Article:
Enticed by promises they could start cannabis companies, people of color are still waitingPosted by On

Marcy Lyles, a single mother of three boys, has been trying to break into the cannabis business for a while now.

She is black, low-income and a resident of the Crenshaw area, which makes her a perfect candidate for the city’s cannabis social equity program, designed to give the people and places most affected by the misbegotten war on drugs a piece of the potentially lucrative cannabis business.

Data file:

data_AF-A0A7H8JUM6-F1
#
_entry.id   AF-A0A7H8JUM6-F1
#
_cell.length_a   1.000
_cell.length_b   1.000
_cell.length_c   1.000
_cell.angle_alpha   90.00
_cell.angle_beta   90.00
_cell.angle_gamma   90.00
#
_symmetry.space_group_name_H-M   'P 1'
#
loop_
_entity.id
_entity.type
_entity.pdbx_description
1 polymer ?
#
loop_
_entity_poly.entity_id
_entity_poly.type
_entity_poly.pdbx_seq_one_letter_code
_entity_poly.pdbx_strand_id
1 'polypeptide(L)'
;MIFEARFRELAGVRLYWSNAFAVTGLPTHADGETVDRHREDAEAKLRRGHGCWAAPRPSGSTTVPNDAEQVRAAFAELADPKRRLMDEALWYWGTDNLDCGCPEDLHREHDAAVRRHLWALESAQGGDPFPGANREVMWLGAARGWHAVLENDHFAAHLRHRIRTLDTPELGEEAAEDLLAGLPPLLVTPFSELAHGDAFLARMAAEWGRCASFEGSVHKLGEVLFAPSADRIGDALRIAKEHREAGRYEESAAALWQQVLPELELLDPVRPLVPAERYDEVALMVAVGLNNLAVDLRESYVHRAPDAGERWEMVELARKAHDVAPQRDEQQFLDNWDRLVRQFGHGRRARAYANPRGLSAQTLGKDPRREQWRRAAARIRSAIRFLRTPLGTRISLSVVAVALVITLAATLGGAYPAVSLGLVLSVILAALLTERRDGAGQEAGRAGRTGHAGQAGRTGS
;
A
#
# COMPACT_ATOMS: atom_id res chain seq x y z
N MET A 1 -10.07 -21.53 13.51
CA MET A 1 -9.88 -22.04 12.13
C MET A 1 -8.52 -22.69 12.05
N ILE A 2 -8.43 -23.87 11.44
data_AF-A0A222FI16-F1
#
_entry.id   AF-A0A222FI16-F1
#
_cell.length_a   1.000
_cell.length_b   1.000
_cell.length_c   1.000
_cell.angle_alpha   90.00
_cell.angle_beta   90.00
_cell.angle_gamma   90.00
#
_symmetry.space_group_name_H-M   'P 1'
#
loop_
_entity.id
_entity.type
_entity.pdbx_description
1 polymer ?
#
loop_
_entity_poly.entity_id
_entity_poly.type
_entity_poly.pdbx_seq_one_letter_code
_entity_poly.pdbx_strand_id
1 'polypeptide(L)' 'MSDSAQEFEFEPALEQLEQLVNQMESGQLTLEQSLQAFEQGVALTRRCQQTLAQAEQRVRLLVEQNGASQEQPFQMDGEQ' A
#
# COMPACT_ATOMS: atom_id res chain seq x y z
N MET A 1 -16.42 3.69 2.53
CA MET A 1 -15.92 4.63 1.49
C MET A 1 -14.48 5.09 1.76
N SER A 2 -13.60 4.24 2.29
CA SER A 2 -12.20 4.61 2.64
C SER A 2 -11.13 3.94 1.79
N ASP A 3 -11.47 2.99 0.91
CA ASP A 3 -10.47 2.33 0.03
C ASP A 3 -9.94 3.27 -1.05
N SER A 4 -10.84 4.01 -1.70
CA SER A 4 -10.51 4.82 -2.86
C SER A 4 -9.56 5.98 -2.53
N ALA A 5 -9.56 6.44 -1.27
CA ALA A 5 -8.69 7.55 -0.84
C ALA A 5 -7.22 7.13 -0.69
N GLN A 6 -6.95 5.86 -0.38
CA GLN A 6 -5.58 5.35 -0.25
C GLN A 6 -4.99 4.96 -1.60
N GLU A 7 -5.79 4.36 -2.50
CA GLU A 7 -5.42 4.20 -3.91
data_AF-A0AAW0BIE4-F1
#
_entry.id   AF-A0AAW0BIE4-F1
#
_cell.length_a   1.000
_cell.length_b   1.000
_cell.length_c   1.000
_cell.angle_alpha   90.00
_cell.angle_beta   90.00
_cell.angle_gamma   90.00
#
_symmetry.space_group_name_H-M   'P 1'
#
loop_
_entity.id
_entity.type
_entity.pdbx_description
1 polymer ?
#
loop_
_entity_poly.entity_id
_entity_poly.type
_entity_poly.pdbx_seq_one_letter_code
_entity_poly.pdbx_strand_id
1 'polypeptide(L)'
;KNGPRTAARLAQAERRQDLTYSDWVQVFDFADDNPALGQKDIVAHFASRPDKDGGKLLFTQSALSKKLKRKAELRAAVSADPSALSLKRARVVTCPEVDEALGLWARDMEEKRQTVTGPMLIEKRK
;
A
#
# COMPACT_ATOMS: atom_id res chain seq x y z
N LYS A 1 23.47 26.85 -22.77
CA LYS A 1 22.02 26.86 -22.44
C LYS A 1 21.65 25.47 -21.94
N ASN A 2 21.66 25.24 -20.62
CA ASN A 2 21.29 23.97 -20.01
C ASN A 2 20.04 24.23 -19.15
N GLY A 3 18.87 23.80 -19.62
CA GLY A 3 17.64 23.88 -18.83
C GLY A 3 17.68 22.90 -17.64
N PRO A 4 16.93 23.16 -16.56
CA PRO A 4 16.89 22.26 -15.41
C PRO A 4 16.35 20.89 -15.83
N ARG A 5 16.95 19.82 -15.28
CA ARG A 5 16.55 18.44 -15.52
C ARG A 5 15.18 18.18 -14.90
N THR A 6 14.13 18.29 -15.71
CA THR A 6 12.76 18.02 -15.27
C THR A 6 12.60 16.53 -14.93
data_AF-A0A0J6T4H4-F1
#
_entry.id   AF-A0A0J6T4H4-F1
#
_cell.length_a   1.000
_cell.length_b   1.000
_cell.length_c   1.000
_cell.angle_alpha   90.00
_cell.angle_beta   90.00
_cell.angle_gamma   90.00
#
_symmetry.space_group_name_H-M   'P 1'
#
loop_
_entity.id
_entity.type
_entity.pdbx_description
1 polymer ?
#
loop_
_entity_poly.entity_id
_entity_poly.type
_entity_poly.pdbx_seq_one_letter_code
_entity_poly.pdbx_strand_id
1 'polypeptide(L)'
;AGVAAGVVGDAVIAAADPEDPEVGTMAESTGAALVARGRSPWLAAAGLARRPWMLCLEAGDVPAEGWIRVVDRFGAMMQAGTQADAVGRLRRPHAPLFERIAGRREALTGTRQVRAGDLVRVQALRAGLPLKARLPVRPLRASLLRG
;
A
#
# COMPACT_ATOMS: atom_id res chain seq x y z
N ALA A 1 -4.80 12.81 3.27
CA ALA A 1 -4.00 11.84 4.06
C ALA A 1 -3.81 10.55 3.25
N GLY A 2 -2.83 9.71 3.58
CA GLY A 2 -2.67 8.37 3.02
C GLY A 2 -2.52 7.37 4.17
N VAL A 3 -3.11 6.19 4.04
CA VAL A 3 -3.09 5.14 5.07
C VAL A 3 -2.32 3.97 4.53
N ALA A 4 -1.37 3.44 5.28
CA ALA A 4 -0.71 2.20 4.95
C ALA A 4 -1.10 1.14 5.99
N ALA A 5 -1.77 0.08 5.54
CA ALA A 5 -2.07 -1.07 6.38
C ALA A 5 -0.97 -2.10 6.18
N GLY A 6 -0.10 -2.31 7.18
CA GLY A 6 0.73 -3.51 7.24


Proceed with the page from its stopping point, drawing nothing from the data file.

And yet on Tuesday, she wept in frustration as she recounted the slow pace of the city’s licensing program. She and eight others in the same predicament had gathered in a vacant storefront on Crenshaw Boulevard to talk to me about their experiences.

It’s been more than two years since the Los Angeles City Council passed its first ordinances regulating the newly legal cannabis business, and still, no social equity licenses have been granted.

“We’re sitting here and we are really begging,” said Lyles, 46,
wiping away tears. “They said they were going to protect us. We accepted the…

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